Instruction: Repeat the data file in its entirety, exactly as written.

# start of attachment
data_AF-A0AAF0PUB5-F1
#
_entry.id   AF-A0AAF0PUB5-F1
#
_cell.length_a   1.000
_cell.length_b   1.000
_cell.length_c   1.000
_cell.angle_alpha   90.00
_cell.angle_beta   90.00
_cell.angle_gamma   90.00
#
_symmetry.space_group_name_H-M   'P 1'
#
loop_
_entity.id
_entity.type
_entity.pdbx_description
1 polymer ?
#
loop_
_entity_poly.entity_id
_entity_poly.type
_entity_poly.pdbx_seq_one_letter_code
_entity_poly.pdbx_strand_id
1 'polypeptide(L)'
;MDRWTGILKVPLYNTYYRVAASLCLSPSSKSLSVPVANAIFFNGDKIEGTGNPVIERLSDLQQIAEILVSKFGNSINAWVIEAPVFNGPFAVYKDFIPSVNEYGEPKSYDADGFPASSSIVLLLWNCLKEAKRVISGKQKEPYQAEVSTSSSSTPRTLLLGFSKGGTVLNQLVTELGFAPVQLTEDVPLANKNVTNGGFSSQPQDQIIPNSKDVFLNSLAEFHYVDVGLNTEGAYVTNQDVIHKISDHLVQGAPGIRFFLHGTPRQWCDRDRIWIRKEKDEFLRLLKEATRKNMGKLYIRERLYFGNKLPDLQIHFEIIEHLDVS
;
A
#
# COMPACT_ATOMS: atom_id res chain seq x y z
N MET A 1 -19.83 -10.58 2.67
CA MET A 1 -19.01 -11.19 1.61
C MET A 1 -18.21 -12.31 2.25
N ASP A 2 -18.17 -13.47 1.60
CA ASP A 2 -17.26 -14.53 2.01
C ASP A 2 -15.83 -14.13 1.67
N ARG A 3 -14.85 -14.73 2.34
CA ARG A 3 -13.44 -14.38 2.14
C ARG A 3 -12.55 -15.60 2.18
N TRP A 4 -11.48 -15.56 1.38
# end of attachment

data_AF-A0AAF0PUB5-F1
#
_entry.id   AF-A0AAF0PUB5-F1
#
_cell.length_a   1.000
_cell.length_b   1.000
_cell.length_c   1.000
_cell.angle_alpha   90.00
_cell.angle_beta   90.00
_cell.angle_gamma   90.00
#
_symmetry.space_group_name_H-M   'P 1'
#
loop_
_entity.id
_entity.type
_entity.pdbx_description
1 polymer ?
#
loop_
_entity_poly.entity_id
_entity_poly.type
_entity_poly.pdbx_seq_one_letter_code
_entity_poly.pdbx_strand_id
1 'polypeptide(L)'
;MDRWTGILKVPLYNTYYRVAASLCLSPSSKSLSVPVANAIFFNGDKIEGTGNPVIERLSDLQQIAEILVSKFGNSINAWVIEAPVFNGPFAVYKDFIPSVNEYGEPKSYDADGFPASSSIVLLLWNCLKEAKRVISGKQKEPYQAEVSTSSSSTPRTLLLGFSKGGTVLNQLVTELGFAPVQLTEDVPLANKNVTNGGFSSQPQDQIIPNSKDVFLNSLAEFHYVDVGLNTEGAYVTNQDVIHKISDHLVQGAPGIRFFLHGTPRQWCDRDRIWIRKEKDEFLRLLKEATRKNMGKLYIRERLYFGNKLPDLQIHFEIIEHLDVS
;
A
#
# COMPACT_ATOMS: atom_id res chain seq x y z
N MET A 1 -19.83 -10.58 2.67
CA MET A 1 -19.01 -11.19 1.61
C MET A 1 -18.21 -12.31 2.25
N ASP A 2 -18.17 -13.47 1.60
CA ASP A 2 -17.26 -14.53 2.01
C ASP A 2 -15.83 -14.13 1.67
N ARG A 3 -14.85 -14.73 2.34
CA ARG A 3 -13.44 -14.38 2.14
C ARG A 3 -12.55 -15.60 2.18
N TRP A 4 -11.48 -15.56 1.38